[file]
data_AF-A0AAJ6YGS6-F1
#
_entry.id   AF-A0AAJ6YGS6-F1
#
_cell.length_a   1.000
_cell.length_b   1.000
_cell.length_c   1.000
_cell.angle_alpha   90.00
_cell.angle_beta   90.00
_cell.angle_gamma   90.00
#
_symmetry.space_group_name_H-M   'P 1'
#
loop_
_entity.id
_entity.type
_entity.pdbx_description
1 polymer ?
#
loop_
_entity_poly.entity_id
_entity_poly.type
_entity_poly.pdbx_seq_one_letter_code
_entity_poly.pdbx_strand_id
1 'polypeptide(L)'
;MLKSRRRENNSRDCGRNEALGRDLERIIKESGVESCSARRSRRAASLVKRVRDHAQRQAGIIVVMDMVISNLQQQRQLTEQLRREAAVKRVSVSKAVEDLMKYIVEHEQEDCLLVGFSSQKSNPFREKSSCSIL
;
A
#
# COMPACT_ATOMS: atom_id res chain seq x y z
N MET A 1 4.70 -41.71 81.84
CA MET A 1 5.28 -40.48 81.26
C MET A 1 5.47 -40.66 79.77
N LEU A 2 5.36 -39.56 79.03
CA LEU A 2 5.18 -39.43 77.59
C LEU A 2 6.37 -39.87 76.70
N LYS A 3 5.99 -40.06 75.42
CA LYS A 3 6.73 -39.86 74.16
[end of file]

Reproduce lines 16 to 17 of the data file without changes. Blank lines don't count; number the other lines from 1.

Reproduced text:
_entity.type
_entity.pdbx_description